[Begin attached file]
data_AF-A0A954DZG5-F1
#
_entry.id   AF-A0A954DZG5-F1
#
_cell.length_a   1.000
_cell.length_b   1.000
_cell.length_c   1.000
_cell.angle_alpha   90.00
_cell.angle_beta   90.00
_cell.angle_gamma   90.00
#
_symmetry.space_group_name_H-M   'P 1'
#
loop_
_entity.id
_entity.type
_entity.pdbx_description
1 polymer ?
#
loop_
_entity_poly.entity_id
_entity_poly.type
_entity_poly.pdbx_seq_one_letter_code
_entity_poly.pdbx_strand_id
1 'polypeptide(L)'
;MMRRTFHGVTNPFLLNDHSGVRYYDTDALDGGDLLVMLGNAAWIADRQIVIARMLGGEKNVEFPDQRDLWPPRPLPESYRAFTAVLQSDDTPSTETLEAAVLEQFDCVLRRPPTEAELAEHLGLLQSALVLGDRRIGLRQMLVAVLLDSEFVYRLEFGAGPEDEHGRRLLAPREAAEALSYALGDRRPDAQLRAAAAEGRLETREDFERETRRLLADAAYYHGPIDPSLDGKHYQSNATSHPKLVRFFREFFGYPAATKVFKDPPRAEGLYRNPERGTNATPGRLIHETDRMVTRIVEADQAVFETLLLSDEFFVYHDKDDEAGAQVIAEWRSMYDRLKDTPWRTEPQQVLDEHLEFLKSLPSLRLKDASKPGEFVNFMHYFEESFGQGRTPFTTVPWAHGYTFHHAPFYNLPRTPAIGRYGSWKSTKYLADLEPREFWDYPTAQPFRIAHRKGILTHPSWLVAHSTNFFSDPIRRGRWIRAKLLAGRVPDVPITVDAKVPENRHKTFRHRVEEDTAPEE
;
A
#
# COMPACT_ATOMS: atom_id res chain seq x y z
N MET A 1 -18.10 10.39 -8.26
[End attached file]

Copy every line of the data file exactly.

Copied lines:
data_AF-A0A954DZG5-F1
#
_entry.id   AF-A0A954DZG5-F1
#
_cell.length_a   1.000
_cell.length_b   1.000
_cell.length_c   1.000
_cell.angle_alpha   90.00
_cell.angle_beta   90.00
_cell.angle_gamma   90.00
#
_symmetry.space_group_name_H-M   'P 1'
#
loop_
_entity.id
_entity.type
_entity.pdbx_description
1 polymer ?
#
loop_
_entity_poly.entity_id
_entity_poly.type
_entity_poly.pdbx_seq_one_letter_code
_entity_poly.pdbx_strand_id
1 'polypeptide(L)'
;MMRRTFHGVTNPFLLNDHSGVRYYDTDALDGGDLLVMLGNAAWIADRQIVIARMLGGEKNVEFPDQRDLWPPRPLPESYRAFTAVLQSDDTPSTETLEAAVLEQFDCVLRRPPTEAELAEHLGLLQSALVLGDRRIGLRQMLVAVLLDSEFVYRLEFGAGPEDEHGRRLLAPREAAEALSYALGDRRPDAQLRAAAAEGRLETREDFERETRRLLADAAYYHGPIDPSLDGKHYQSNATSHPKLVRFFREFFGYPAATKVFKDPPRAEGLYRNPERGTNATPGRLIHETDRMVTRIVEADQAVFETLLLSDEFFVYHDKDDEAGAQVIAEWRSMYDRLKDTPWRTEPQQVLDEHLEFLKSLPSLRLKDASKPGEFVNFMHYFEESFGQGRTPFTTVPWAHGYTFHHAPFYNLPRTPAIGRYGSWKSTKYLADLEPREFWDYPTAQPFRIAHRKGILTHPSWLVAHSTNFFSDPIRRGRWIRAKLLAGRVPDVPITVDAKVPENRHKTFRHRVEEDTAPEE
;
A
#
# COMPACT_ATOMS: atom_id res chain seq x y z
N MET A 1 -18.10 10.39 -8.26